To save an image, right click the thumbnail and choose "Save target as..." or "Save link as..."
Author: Williams, Marcia
Trying to forget his past and live an honest life, ex-convict Jean Valjean risks his freedom to take care of a motherless young girl during a period of political unrest in Paris. In graphic novel format.
|Accelerated Reader Information:|
Interest Level: MG
Reading Level: 4.80
Points: 1.0 Quiz: 173562
Kirkus Reviews (-) (12/01/14)
School Library Journal (02/01/15)
Full Text Reviews:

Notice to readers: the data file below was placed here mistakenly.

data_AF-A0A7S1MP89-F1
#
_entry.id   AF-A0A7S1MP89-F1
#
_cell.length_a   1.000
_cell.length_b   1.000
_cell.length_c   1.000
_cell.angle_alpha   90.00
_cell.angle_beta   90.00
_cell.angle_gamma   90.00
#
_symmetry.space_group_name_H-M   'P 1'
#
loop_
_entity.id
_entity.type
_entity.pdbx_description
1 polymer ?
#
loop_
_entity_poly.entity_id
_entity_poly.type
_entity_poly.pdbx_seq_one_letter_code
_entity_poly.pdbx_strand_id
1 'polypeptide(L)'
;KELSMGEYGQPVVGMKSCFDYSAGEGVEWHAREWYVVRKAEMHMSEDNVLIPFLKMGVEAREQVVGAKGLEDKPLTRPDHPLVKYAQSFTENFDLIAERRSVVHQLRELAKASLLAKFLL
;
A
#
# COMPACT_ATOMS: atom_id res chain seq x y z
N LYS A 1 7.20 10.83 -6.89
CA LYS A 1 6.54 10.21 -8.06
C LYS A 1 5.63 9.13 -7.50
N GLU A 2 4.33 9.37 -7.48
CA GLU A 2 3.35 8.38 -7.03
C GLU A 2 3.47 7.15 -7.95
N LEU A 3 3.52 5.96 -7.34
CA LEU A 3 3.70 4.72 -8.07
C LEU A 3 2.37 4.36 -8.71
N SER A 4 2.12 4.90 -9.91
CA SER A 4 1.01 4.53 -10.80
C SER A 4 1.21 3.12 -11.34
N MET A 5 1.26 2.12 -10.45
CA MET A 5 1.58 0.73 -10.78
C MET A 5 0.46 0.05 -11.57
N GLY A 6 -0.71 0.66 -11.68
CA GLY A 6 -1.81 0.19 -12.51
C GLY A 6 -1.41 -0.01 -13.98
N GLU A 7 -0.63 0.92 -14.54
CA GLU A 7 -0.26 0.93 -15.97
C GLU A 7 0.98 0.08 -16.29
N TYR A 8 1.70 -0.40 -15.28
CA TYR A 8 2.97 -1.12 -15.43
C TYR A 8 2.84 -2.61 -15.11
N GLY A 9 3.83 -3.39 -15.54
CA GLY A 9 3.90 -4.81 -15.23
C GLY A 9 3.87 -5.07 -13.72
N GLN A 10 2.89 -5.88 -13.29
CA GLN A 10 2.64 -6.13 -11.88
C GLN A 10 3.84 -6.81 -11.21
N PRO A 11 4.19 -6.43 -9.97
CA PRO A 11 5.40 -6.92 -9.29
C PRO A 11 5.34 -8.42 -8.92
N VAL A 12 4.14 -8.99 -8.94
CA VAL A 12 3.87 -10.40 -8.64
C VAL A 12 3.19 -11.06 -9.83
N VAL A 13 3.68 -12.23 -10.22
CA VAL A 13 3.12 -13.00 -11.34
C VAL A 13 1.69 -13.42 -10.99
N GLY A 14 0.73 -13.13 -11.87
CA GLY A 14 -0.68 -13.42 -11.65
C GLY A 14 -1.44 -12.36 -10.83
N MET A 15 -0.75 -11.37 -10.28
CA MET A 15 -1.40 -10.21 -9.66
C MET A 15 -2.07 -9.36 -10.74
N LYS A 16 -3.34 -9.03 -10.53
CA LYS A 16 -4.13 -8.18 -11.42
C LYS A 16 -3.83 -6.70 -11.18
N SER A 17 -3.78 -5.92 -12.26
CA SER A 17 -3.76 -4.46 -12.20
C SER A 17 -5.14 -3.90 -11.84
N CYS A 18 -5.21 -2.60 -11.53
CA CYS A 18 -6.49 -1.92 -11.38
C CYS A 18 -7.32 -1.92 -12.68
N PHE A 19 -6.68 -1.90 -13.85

School Library Journal - 02/01/2015 Gr 5–8—Williams introduces the characters and plot of Hugo's classic novel in 15 short chapters presented in comic strip format with brief narrative text placed beneath each cartoon illustration. Characters' own comments appear in speech balloons within the cartoon frames. This is the story of Jean Valjean, who leaves prison a bitter man after having served 19 years of hard labor for stealing a loaf of bread; Valjean's honorable treatment by the Bishop of Digne after he steals the man's silverware; his remorse after taking a young boy's only coin; and his decision to spend his life helping others. Readers familiar with the classic story will recognize his later appearance in the city of Montreuil as a kind and successful businessman who hires honest, hardworking people. Valjean makes a promise to the dying Fantine to care for her young daughter, Cosette, endearing him to the people who appoint him their mayor. Only the single-minded Inspector Javert is convinced that Valjean continues to break the law. Williams's talent for telling a story in cartoon format is evidenced by the variety in her page layouts, which range in size from tiny squares to quarter-, third-, and full-page cartoons filled with movement, emotion, and fine detail. Small gray, brown, and black birds; dogs with pointy muzzles; fluffy orange, gray and black cats; roosters; and an abundance of rats appear in and around many cartoon cells. Good people are drawn with rounded, often cute, faces; evil people, like the Thénardiers, with long, pointy noses and shifty eyes. VERDICT Children who are daunted by the length of Hugo's masterpiece may find this brief introduction to the story more palatable.—Susan Scheps, formerly at Shaker Public Library, OH - Copyright 2015 Publishers Weekly, Library Journal and/or School Library Journal used with permission.